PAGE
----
Kristen Belmonte Slaoui Biography
Kristen Belmonte Slaoui is the Vice president & Business Development, Head (North America) at GlaxoSmithKline plc. She is also an adjunct assistant professor at The Johns Hopkins Bloomberg.
Kristen Belmonte Age
Kristen was born in July 1970.
Kristen Belmonte Slaoui Education
Kristen has a Bachelor’s degree in both Biology and Classical Studies from Gettysburg College. She earned a Ph.D. in Physiology from The Johns Hopkins Bloomberg School of Public Health. She completed an NIH Post-Doctoral Fellowship at the University of Washington.
Kristen Belmonte Slaoui GSK
Kristen is the Vice President and Head of Business Development at Tesaro Inc. The company was acquired by GSK in 2019. Tesaro, Inc. develops and commercializes cancer therapeutics and supportive care products. The Company offers receptor antagonist for the prevention of chemotherapy induced nausea and vomiting.
Kristen first joined GSK after completing her fellowship at the University of Washington. She held a position in Respiratory Drug Discovery. Her work in pulmonary disease resulted in the discovery of the long-acting muscarinic receptor antagonist in the approved medicines.
In 2006 she joined the Business Development team and has since held various roles. She has spent nearly 20 years with GSK.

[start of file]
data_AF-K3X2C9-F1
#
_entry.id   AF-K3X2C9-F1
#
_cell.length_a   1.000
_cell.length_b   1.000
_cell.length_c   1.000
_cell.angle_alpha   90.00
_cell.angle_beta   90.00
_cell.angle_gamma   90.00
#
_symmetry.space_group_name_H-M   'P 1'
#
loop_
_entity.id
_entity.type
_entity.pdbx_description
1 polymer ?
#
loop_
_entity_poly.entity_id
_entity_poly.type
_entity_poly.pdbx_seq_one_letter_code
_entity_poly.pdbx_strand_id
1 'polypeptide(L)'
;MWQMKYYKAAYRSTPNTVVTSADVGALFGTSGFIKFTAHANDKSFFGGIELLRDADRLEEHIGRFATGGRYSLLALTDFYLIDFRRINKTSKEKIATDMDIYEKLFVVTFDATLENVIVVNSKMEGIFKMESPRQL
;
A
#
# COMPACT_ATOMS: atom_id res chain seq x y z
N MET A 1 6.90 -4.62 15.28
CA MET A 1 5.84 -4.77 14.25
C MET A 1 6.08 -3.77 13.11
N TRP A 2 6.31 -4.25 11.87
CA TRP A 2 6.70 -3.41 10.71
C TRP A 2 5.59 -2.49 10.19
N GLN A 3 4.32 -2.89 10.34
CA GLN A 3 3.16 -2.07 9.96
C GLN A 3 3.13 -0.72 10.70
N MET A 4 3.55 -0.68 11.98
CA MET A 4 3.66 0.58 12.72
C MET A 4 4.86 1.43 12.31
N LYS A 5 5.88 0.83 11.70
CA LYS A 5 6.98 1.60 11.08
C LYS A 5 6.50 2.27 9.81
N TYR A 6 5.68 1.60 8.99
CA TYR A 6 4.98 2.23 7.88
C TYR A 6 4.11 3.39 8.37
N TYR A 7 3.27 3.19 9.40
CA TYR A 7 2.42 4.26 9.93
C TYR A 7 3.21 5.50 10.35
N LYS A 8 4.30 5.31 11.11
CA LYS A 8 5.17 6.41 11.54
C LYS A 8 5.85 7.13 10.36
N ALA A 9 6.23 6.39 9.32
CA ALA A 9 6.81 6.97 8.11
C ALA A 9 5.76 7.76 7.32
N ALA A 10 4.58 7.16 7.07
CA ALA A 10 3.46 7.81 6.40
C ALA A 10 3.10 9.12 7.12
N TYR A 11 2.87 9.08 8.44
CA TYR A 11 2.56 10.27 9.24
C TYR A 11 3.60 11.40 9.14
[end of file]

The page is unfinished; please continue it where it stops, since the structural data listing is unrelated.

Kristen Belmonte Slaoui Husband
Kristen got married to Moncef Slaoui in March 2011 at the Lippincott House Bed and Breakfast off of Rittenhouse Square. It was a second marriage for both of them. Moncef Slaoui is a Morrocan-American immunologist who was appointed by President Donald Trump in May 2020 as the chief adviser of Operation Warp Speed, the government’s effort to speed up the development of a vaccine for the coronavirus.
He is a former chairman of GlaxoSmithKline (GSK) vaccines and Head of Pharmaceutical R&D. He also served as a member of Moderna’s Board of Directors since 2017 until May 2020. As an immunologist he is s credited for a cervical-cancer vaccine and a pneumococcal immunization. In 2015 he won European approval for the world’s first malaria vaccine.